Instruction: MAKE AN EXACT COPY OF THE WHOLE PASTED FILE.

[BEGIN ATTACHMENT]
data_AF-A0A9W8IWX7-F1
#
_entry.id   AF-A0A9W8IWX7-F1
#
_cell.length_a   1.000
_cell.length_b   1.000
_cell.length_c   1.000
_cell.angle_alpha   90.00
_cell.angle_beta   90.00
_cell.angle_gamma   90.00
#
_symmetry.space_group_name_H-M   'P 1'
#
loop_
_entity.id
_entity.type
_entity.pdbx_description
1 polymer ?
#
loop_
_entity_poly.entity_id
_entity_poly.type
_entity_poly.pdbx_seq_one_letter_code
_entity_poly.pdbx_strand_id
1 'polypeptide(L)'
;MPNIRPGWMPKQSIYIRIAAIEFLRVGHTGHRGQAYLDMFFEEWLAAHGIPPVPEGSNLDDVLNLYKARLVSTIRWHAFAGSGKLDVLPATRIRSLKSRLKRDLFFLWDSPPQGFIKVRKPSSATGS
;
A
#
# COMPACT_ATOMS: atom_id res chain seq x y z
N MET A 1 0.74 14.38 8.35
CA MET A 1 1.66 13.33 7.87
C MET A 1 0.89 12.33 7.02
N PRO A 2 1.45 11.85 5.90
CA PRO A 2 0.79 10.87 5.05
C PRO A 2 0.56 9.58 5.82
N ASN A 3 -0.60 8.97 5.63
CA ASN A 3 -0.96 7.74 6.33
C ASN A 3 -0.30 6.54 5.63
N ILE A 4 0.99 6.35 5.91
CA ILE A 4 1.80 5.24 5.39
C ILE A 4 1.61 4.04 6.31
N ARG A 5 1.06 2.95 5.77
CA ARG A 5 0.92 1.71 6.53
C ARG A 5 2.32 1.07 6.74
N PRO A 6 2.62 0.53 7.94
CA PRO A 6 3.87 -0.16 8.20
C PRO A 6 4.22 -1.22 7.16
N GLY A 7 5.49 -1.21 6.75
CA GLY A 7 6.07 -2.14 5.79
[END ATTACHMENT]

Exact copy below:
data_AF-A0A9W8IWX7-F1
#
_entry.id   AF-A0A9W8IWX7-F1
#
_cell.length_a   1.000
_cell.length_b   1.000
_cell.length_c   1.000
_cell.angle_alpha   90.00
_cell.angle_beta   90.00
_cell.angle_gamma   90.00
#
_symmetry.space_group_name_H-M   'P 1'
#
loop_
_entity.id
_entity.type
_entity.pdbx_description
1 polymer ?
#
loop_
_entity_poly.entity_id
_entity_poly.type
_entity_poly.pdbx_seq_one_letter_code
_entity_poly.pdbx_strand_id
1 'polypeptide(L)'
;MPNIRPGWMPKQSIYIRIAAIEFLRVGHTGHRGQAYLDMFFEEWLAAHGIPPVPEGSNLDDVLNLYKARLVSTIRWHAFAGSGKLDVLPATRIRSLKSRLKRDLFFLWDSPPQGFIKVRKPSSATGS
;
A
#
# COMPACT_ATOMS: atom_id res chain seq x y z
N MET A 1 0.74 14.38 8.35
CA MET A 1 1.66 13.33 7.87
C MET A 1 0.89 12.33 7.02
N PRO A 2 1.45 11.85 5.90
CA PRO A 2 0.79 10.87 5.05
C PRO A 2 0.56 9.58 5.82
N ASN A 3 -0.60 8.97 5.63
CA ASN A 3 -0.96 7.74 6.33
C ASN A 3 -0.30 6.54 5.63
N ILE A 4 0.99 6.35 5.91
CA ILE A 4 1.80 5.24 5.39
C ILE A 4 1.61 4.04 6.31
N ARG A 5 1.06 2.95 5.77
CA ARG A 5 0.92 1.71 6.53
C ARG A 5 2.32 1.07 6.74
N PRO A 6 2.62 0.53 7.94
CA PRO A 6 3.87 -0.16 8.20
C PRO A 6 4.22 -1.22 7.16
N GLY A 7 5.49 -1.21 6.75
CA GLY A 7 6.07 -2.14 5.79